Author: Sugata Bose
Publisher: Permanent Black
ISBN/UPC (if available): 8178241633
A Hundred Horizons written around a set of sea voyages involving Curzon, Tagore, and Gandhi, as well as unknown merchants, labourers, soldiers, and pilgrims, this book asks us to completely rethink the nature of nationalism and empire.
It does so by arguing the importance of interregional arenas for extra-territorial and universalist anti-colonialism. This current of ideas, Bose powerfully demonstrates, coexisted and contended with territorial nationalism. He illuminates the interplay of nationalism and universalism in the thought and politics of a wide range of nationalists and patriots - both exalted and subaltern.
This fascinating history of mobile people around the Indian Ocean also retrieves the nuances of patriotism in diasporic public spheres by focusing on the many fragments that trespassed the borders of colonies and would-be nations. The pilgrimage experience of Muslims from India, Malaya, and Java to Mecca and Medicina; the overseas voyages of Tagore and Gandhi; and the diaries and epistolary records of ordinary travellers collectively reveal the reality of the Indian ocean as a cultural ecumene, a distinguishable zone which inspired ideas and aspirations that challenged Europe's hegemonies.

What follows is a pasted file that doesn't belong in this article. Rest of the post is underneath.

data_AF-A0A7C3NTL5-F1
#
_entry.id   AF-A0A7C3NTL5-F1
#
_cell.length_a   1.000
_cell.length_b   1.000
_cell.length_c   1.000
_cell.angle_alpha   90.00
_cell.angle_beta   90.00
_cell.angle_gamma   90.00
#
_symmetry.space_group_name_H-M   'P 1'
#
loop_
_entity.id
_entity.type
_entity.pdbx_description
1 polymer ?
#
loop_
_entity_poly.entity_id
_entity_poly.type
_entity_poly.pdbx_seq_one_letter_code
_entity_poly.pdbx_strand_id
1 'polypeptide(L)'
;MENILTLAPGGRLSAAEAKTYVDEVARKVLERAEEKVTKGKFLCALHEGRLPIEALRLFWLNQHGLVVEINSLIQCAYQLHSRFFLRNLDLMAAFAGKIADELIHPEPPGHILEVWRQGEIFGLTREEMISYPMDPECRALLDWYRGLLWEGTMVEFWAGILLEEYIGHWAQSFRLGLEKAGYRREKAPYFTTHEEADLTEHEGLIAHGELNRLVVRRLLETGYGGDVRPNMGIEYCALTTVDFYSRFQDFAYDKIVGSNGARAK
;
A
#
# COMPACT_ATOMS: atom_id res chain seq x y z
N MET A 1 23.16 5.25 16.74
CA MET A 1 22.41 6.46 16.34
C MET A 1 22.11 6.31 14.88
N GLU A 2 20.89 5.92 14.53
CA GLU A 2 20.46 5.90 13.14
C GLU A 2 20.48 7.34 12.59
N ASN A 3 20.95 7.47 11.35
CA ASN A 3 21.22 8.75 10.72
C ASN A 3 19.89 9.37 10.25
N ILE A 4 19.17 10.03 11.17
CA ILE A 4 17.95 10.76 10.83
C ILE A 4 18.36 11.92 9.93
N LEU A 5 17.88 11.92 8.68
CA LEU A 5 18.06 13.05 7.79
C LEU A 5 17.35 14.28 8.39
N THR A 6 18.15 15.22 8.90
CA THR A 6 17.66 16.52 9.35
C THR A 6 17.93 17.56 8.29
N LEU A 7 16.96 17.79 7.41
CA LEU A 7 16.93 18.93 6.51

This pioneering exploration of the oceanic dimension of anti-colonialism and religious universalism frees the study of nationalism and empire from its landlocked state. By elucidating ideas that wafted across the Indian ocean, Bose makes a rich and persuasive argument, namely that the intellectual history of imperialism may best be studied in the framework of multiple and competing universalisms rather than mutually exclusive and conflicting cultural relativisms.
An excellent historical study…full of contemporary relevance for understanding an important ancestry of present-day globalization.
1. Space and time on the Indian ocean rim.
2. The Gulf between precolonial and colonial empires.
3. Flows of capitalists, laborers, and commodities.
4. Waging war for king and country.
5. Expatriate patriots: anticolonial imagination and action.
6. Pilgrims' progress under colonial rules.
7. A different universalism? Oceanic voyages of a poet as pilgrim.
CONCLUSION: THE INDIAN OCEAN ARENA IN THE HISTORY OF GLOBALIZATION